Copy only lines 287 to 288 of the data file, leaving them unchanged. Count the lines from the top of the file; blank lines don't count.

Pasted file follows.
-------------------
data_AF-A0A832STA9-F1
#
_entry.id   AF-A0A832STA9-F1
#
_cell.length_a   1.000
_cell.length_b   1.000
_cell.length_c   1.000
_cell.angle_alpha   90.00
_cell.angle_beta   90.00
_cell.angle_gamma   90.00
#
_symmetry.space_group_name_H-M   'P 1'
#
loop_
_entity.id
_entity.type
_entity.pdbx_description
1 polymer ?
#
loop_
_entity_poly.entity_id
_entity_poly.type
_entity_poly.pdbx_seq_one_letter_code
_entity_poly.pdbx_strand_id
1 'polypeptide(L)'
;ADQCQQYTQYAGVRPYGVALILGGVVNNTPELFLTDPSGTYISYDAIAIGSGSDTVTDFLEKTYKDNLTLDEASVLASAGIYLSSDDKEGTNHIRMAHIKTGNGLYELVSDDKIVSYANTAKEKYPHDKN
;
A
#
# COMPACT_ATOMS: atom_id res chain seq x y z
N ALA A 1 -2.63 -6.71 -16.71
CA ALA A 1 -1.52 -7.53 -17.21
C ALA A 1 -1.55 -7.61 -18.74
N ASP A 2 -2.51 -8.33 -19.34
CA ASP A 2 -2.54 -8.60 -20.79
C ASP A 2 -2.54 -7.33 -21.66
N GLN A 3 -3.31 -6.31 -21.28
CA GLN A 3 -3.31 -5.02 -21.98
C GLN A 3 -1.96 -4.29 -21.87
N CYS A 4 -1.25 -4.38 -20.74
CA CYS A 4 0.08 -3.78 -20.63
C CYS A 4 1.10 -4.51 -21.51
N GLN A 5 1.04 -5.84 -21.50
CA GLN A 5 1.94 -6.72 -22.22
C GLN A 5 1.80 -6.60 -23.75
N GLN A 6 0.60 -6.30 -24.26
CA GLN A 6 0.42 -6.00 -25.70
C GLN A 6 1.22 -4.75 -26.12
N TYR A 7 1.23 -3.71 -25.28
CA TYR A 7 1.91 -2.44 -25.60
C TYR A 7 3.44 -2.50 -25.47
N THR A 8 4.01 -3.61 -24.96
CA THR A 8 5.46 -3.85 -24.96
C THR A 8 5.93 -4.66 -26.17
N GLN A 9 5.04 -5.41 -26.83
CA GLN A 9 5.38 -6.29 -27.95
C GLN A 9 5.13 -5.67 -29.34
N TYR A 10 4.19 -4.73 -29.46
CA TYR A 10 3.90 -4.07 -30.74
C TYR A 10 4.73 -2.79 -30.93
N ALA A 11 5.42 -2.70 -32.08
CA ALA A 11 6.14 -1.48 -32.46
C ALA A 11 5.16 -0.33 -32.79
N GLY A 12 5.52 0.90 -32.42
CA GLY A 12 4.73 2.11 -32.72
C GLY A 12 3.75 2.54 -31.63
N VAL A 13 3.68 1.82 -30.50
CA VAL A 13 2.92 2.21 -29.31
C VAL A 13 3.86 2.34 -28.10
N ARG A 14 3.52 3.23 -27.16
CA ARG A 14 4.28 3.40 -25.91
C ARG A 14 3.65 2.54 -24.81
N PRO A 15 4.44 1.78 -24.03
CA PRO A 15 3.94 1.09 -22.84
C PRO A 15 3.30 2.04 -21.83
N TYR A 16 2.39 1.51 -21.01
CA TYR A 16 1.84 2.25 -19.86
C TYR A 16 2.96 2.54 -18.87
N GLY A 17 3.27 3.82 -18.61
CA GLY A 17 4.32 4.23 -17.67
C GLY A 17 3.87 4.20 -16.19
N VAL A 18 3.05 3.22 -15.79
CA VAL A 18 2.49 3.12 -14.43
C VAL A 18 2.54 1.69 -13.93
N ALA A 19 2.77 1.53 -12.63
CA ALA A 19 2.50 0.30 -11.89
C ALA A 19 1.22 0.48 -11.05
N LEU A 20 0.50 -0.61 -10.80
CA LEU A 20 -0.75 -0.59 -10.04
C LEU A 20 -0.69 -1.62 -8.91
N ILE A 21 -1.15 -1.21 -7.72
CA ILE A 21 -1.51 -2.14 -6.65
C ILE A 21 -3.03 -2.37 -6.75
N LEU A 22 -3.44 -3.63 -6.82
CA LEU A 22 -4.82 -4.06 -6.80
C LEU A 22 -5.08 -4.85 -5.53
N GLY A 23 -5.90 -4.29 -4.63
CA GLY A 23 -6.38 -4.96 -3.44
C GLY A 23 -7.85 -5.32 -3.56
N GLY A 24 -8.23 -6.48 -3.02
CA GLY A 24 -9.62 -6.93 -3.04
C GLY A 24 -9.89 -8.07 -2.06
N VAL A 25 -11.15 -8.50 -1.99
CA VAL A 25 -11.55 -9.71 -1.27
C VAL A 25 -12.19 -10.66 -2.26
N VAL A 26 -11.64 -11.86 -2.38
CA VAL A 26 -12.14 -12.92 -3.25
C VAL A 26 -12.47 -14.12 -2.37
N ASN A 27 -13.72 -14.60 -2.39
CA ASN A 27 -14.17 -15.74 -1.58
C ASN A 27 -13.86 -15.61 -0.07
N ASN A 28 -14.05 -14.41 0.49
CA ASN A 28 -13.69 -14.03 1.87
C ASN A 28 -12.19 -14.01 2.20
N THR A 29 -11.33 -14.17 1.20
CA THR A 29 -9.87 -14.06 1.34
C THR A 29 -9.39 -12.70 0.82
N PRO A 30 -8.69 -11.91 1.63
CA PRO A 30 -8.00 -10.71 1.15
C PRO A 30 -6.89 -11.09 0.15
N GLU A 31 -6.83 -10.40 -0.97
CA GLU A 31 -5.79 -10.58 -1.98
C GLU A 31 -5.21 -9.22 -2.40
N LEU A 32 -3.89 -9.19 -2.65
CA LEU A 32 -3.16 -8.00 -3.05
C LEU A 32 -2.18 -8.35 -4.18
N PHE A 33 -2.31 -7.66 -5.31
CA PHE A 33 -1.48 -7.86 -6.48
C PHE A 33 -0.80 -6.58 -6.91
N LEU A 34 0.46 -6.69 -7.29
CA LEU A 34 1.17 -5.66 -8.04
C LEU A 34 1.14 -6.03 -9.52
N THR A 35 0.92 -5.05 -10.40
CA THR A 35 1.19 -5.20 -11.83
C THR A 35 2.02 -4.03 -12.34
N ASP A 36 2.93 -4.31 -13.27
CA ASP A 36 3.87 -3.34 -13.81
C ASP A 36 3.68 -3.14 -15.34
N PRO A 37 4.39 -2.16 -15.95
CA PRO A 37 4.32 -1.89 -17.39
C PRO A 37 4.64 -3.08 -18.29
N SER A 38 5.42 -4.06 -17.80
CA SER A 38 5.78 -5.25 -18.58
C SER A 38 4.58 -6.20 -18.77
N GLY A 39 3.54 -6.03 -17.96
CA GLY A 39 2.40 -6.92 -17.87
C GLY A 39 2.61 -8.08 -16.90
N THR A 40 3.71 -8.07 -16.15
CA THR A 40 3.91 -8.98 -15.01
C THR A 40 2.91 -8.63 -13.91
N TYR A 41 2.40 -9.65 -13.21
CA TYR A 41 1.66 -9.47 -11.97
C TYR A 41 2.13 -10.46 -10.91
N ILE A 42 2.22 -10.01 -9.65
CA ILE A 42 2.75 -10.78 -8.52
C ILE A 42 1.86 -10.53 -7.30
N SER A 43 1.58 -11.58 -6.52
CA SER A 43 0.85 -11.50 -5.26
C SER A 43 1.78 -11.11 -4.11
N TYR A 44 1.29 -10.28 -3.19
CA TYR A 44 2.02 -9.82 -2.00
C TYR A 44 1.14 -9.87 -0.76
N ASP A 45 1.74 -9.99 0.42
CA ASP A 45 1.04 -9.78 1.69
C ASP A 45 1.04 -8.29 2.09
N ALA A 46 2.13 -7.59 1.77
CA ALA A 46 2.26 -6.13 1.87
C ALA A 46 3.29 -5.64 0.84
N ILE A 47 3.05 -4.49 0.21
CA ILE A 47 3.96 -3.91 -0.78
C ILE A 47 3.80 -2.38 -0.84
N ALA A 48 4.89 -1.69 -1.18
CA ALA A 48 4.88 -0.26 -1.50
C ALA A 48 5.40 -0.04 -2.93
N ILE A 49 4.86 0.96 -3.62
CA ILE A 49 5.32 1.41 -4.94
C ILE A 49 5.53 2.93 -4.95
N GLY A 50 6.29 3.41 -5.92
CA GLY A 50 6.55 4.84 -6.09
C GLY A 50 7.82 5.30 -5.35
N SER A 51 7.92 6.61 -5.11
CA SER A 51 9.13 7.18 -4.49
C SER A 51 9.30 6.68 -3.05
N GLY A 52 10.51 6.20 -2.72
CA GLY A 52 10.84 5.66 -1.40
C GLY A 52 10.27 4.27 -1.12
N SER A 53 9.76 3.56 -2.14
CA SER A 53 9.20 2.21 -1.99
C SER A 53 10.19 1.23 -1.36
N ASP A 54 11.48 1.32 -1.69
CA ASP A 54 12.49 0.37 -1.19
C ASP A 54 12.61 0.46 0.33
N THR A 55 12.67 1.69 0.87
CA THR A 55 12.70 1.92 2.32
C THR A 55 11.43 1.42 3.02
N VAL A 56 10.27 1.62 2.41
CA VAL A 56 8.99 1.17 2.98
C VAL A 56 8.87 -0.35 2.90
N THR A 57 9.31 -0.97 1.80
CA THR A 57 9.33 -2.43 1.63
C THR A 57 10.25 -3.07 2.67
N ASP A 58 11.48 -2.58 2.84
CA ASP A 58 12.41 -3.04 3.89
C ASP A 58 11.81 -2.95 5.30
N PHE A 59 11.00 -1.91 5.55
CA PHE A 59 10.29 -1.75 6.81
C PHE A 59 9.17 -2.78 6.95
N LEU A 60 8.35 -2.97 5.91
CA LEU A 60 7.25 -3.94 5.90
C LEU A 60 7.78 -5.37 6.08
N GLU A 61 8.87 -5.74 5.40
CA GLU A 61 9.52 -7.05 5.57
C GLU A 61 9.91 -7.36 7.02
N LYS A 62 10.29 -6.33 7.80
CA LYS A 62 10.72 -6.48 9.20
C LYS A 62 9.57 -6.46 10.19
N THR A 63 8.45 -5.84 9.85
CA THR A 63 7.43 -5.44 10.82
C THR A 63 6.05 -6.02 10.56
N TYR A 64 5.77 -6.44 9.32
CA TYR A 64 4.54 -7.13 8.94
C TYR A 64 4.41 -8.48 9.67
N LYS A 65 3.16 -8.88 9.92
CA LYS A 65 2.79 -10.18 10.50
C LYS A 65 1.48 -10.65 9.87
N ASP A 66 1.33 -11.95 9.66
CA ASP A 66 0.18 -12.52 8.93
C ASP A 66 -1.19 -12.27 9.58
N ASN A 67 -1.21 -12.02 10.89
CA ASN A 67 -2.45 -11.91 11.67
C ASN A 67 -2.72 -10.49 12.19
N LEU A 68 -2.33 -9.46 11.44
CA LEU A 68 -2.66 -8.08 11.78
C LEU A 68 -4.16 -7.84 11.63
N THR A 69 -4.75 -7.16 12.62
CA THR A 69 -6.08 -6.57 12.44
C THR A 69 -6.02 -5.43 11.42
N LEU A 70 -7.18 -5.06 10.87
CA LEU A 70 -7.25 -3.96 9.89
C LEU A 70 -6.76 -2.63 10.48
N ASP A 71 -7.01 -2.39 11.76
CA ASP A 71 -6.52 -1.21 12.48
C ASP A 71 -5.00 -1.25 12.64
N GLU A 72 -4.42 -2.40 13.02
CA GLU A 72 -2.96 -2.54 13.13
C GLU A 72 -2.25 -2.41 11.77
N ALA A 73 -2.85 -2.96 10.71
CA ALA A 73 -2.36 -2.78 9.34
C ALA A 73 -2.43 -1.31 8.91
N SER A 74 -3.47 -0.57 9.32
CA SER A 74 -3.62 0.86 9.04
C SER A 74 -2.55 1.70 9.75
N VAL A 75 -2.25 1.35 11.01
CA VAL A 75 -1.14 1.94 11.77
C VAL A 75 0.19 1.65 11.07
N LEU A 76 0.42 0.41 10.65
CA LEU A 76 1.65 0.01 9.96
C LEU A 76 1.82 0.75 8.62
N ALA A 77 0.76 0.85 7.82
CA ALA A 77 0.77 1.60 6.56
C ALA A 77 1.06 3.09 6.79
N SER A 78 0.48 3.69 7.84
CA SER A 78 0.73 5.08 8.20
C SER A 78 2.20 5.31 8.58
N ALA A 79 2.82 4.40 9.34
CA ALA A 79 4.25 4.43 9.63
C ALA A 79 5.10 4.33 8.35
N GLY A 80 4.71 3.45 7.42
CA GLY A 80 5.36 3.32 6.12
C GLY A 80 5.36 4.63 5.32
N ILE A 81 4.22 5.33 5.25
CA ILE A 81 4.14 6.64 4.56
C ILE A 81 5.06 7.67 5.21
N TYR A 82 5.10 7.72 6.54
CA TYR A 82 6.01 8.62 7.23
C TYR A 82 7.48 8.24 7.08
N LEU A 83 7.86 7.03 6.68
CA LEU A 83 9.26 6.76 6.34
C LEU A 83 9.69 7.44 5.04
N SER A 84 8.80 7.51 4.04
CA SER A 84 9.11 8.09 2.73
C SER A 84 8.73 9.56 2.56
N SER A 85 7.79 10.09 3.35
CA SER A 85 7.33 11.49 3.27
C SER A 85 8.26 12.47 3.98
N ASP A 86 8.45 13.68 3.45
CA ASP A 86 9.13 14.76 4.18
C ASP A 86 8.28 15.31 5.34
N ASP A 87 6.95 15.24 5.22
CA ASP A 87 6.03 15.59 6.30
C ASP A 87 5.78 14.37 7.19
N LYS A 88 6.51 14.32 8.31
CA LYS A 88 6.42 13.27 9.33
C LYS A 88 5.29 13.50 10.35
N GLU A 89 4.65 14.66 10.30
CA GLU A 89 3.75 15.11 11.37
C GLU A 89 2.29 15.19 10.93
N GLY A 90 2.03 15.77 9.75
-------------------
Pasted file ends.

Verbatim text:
CA ASP A 86 9.13 14.76 4.18
C ASP A 86 8.28 15.31 5.34